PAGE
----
People with Disabilities Cannot be Collateral Damage to Climate Change

What BBC Travel Journalist and Paralympian Ade Adepitan Sees for the Future of the Global Disabled Community


As a travel journalist for BBC, Ade Adepitan is constantly facing the profound effects of climate change in the countries around the world that he is sent to report in. Like most other journalists, he’s disheartened by the consequences of rising global temperatures on the people he meets, the cultures he has come to understand, and the places he stays. A recent project of his covered the effects that melting Himalayan ice will have on the communities it floods -- a gradual situation that will have disastrous consequences, leading to the displacement of millions of people and creating a stream of climate refugees towards drier land. The difference between Ade Adepitan and his co-workers? Adepitan processes all this from the unique perspective of a wheelchair, the result of contracting polio as a toddler.


The disability ensures that Adepitan has a perspective unlike any on his team; as he works on reports, he is always mindful of a perspective that often flies under the radar: people with disabilities. As one of the few journalists in the world reporting from a wheelchair, Adepitan has had to overcome other people’s perceptions to gain his spot in the BBC studio. But he is no stranger to hard work, Adepitan is a two-time Paralympic qualifier in wheelchair basketball, calling well-needed attention to the games and building towards being an advocate for the disabled community in Great Britain. He has learned over his budding broadcast journalism career that he must unapologetically fight for accommodations that garner him basic human rights.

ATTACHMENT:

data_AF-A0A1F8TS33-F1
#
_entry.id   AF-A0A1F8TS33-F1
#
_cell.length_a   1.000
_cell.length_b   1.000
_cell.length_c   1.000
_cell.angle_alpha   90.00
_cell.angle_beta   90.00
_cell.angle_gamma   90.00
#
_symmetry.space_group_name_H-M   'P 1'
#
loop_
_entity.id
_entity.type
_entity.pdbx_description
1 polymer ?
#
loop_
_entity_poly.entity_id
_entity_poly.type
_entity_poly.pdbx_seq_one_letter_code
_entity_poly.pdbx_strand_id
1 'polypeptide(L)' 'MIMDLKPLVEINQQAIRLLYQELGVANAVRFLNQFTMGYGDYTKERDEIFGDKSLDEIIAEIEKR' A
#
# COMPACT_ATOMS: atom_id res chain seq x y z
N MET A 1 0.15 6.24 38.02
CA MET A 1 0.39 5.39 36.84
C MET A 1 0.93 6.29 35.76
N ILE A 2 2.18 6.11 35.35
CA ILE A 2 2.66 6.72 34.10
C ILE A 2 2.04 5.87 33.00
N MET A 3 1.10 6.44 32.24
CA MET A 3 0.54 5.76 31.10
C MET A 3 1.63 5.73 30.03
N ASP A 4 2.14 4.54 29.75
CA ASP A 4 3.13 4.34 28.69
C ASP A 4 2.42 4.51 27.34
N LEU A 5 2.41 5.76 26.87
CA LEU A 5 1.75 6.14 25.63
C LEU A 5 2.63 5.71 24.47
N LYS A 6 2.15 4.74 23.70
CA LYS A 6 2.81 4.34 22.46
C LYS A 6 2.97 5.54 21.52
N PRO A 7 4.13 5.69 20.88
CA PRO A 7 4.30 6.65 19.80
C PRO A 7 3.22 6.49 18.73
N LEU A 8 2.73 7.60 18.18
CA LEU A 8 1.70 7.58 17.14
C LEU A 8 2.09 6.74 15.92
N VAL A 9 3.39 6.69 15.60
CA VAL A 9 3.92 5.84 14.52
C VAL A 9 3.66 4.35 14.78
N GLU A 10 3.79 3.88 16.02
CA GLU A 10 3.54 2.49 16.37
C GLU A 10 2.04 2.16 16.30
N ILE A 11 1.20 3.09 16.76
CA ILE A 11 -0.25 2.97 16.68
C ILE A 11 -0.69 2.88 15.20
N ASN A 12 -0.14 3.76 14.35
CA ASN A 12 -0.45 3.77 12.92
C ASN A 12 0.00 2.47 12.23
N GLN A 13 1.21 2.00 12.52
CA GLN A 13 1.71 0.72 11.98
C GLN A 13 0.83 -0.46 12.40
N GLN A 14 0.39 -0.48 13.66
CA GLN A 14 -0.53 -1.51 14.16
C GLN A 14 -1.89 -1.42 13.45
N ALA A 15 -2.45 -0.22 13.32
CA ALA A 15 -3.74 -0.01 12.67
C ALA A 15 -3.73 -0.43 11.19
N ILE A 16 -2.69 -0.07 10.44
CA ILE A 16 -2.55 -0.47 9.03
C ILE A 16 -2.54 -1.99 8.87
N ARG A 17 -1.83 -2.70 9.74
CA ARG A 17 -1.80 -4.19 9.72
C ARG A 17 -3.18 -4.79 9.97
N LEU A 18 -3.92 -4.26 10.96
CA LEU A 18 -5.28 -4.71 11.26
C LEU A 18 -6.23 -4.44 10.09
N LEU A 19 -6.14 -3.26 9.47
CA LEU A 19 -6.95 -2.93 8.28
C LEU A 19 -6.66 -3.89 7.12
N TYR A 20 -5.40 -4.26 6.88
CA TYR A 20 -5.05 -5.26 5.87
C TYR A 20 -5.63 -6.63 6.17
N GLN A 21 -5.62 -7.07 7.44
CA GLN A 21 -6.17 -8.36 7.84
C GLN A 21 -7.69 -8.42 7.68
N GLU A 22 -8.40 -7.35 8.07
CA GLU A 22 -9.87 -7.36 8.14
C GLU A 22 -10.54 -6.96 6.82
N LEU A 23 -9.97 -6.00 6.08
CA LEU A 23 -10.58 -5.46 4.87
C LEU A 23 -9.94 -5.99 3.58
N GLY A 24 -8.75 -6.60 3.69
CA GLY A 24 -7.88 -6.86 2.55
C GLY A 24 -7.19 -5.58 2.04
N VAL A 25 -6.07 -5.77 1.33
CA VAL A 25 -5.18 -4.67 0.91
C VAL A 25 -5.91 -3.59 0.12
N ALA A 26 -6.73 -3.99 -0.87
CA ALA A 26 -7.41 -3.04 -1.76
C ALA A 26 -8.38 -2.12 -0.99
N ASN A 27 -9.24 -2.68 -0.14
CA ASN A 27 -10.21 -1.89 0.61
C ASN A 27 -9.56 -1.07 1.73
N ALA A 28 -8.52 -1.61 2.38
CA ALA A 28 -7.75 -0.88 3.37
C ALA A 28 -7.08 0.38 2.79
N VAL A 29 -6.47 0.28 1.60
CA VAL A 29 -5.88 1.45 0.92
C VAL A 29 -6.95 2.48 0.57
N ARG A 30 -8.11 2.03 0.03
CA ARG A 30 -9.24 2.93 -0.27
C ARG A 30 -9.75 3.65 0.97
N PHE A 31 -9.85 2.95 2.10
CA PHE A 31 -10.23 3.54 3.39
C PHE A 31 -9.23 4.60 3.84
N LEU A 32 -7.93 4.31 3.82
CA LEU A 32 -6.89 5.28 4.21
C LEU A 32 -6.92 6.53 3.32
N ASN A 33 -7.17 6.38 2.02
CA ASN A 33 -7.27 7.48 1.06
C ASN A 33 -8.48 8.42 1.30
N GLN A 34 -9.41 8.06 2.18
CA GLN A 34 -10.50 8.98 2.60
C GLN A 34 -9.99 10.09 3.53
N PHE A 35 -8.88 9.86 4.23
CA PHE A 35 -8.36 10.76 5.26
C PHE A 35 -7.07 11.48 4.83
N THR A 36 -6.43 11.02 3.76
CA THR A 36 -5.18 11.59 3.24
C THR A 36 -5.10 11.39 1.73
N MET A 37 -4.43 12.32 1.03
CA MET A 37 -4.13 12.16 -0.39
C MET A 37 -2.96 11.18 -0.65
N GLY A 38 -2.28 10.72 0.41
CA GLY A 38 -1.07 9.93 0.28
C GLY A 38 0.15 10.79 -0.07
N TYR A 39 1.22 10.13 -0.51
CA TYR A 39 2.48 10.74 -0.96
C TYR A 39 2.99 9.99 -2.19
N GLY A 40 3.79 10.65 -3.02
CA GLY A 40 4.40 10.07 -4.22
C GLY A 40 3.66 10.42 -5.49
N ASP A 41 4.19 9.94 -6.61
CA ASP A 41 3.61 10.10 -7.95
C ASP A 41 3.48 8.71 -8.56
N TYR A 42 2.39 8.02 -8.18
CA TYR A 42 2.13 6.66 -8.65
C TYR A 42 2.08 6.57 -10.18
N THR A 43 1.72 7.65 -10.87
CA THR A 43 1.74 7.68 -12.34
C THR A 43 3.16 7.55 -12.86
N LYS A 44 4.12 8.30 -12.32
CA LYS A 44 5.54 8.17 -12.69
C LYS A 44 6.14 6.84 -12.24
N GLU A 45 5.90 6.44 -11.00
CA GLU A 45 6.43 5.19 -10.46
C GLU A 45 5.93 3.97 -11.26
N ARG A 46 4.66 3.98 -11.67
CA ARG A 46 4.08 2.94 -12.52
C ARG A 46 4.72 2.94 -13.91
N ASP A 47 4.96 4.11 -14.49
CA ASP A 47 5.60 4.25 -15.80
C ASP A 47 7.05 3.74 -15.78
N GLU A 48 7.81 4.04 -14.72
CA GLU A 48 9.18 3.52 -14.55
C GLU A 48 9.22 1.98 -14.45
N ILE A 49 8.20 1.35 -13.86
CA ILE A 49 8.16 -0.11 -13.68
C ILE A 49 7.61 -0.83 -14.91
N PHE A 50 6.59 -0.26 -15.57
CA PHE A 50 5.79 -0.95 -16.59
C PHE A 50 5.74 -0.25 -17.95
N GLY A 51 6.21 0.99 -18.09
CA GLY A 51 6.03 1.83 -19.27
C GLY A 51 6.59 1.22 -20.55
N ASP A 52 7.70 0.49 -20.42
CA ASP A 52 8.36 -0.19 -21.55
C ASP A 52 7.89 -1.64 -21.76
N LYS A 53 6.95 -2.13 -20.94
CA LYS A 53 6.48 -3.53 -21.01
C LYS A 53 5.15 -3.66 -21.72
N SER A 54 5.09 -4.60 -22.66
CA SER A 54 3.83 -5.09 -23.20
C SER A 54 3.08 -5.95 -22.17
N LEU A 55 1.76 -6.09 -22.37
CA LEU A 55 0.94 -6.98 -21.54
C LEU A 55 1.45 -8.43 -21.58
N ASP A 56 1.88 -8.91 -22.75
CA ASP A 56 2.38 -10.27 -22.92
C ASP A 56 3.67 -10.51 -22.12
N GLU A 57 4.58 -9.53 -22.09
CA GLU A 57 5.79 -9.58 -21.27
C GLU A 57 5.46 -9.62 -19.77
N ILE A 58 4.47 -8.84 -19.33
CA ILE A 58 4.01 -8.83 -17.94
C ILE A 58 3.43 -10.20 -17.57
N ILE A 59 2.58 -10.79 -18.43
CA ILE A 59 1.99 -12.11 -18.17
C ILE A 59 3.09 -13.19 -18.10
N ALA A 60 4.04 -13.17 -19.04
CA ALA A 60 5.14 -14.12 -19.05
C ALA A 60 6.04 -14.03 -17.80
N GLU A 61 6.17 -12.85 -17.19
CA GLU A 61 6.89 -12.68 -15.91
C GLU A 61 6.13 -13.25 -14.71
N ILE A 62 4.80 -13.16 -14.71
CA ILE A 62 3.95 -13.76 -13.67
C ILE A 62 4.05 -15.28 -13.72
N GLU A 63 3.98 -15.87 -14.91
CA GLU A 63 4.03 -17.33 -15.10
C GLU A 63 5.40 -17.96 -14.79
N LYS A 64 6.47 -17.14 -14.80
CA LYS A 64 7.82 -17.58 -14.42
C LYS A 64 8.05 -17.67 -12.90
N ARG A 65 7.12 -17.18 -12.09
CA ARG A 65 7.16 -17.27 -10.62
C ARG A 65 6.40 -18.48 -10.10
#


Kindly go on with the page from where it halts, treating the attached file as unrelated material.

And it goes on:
Now, he advocates for the whole of the disabled community around the world, declaring that people with disabilities cannot be thought of as collateral damage to climate change, that they cannot be left behind or excluded from evacuation or emergency plans that are becoming more and more commonplace.


In fact, Adepitan sees a future in which the fight against climate change untangles old and bigoted perspectives of people with disabilities. The same technology being invented and used against rising global temperatures can be adapted to lessen the stigma against all types of disabilities. From driver-less cars that give people with sight disabilities independence to increased sustainable automation that gives people with physical disabilities a chance to work in the workplace, Adepitan sees a future where climate change can be fought and harmful perceptions can be tossed away at the same time.


Why should the world worry about people with disabilities in conjunction with climate change? For Adepitan, the answer is simple: because they are human beings and are thus entitled to the same basic human rights enjoyed by all humans. Because the right to peace, livelihoods, and a happy life are not constricted to people who are able-bodied.


By Ryan Trombly


Ryan Trombly was diagnosed with Cerebral Palsy when she was eighteen months old. The disability causes right-side hemiparesis that affects the entire right side of her body, weakening her muscles and limiting her mobility in everyday activities. Despite this, Ryan had strived to live a normal, independent life without any barriers and hopes to use her voice to advocate for the disabled community.

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